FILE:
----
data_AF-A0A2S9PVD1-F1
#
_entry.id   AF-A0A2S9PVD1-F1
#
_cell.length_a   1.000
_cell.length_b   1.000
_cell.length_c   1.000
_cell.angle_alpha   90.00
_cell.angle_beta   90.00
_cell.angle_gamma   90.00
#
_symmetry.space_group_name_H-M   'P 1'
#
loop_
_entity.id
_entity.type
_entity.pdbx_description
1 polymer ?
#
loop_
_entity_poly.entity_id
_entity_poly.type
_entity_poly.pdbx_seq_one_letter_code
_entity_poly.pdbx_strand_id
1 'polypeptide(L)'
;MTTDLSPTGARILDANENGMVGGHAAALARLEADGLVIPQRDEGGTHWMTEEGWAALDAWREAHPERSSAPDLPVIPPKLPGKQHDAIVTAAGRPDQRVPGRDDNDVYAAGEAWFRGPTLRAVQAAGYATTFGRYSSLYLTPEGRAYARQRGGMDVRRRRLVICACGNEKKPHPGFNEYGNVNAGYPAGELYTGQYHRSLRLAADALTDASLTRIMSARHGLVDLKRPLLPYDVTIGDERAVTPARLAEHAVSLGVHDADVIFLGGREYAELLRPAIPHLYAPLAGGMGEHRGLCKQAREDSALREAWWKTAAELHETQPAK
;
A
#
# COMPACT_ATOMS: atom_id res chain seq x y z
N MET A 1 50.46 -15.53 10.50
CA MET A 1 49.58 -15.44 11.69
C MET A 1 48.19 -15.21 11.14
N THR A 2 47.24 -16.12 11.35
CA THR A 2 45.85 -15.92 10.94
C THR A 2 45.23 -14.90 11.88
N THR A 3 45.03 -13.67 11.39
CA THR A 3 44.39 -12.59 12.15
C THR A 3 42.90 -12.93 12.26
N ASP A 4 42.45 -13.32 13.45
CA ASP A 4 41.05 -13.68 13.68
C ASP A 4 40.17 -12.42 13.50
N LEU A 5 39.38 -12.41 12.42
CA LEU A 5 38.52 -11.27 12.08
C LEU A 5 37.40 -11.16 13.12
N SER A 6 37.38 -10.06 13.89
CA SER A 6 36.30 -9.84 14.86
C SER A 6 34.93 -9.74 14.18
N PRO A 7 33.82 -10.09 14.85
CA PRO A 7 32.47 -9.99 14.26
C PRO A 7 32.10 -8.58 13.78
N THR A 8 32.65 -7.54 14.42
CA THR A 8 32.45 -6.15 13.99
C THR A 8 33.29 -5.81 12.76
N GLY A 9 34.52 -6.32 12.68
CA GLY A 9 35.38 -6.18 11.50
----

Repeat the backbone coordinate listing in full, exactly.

data_AF-A0A2S9PVD1-F1
#
_entry.id   AF-A0A2S9PVD1-F1
#
_cell.length_a   1.000
_cell.length_b   1.000
_cell.length_c   1.000
_cell.angle_alpha   90.00
_cell.angle_beta   90.00
_cell.angle_gamma   90.00
#
_symmetry.space_group_name_H-M   'P 1'
#
loop_
_entity.id
_entity.type
_entity.pdbx_description
1 polymer ?
#
loop_
_entity_poly.entity_id
_entity_poly.type
_entity_poly.pdbx_seq_one_letter_code
_entity_poly.pdbx_strand_id
1 'polypeptide(L)'
;MTTDLSPTGARILDANENGMVGGHAAALARLEADGLVIPQRDEGGTHWMTEEGWAALDAWREAHPERSSAPDLPVIPPKLPGKQHDAIVTAAGRPDQRVPGRDDNDVYAAGEAWFRGPTLRAVQAAGYATTFGRYSSLYLTPEGRAYARQRGGMDVRRRRLVICACGNEKKPHPGFNEYGNVNAGYPAGELYTGQYHRSLRLAADALTDASLTRIMSARHGLVDLKRPLLPYDVTIGDERAVTPARLAEHAVSLGVHDADVIFLGGREYAELLRPAIPHLYAPLAGGMGEHRGLCKQAREDSALREAWWKTAAELHETQPAK
;
A
#
# COMPACT_ATOMS: atom_id res chain seq x y z
N MET A 1 50.46 -15.53 10.50
CA MET A 1 49.58 -15.44 11.69
C MET A 1 48.19 -15.21 11.14
N THR A 2 47.24 -16.12 11.35
CA THR A 2 45.85 -15.92 10.94
C THR A 2 45.23 -14.90 11.88
N THR A 3 45.03 -13.67 11.39
CA THR A 3 44.39 -12.59 12.15
C THR A 3 42.90 -12.93 12.26
N ASP A 4 42.45 -13.32 13.45
CA ASP A 4 41.05 -13.68 13.68
C ASP A 4 40.17 -12.42 13.50
N LEU A 5 39.38 -12.41 12.42
CA LEU A 5 38.52 -11.27 12.08
C LEU A 5 37.40 -11.16 13.12
N SER A 6 37.38 -10.06 13.89
CA SER A 6 36.30 -9.84 14.86
C SER A 6 34.93 -9.74 14.18
N PRO A 7 33.82 -10.09 14.85
CA PRO A 7 32.47 -9.99 14.26
C PRO A 7 32.10 -8.58 13.78
N THR A 8 32.65 -7.54 14.42
CA THR A 8 32.45 -6.15 13.99
C THR A 8 33.29 -5.81 12.76
N GLY A 9 34.52 -6.32 12.68
CA GLY A 9 35.38 -6.18 11.50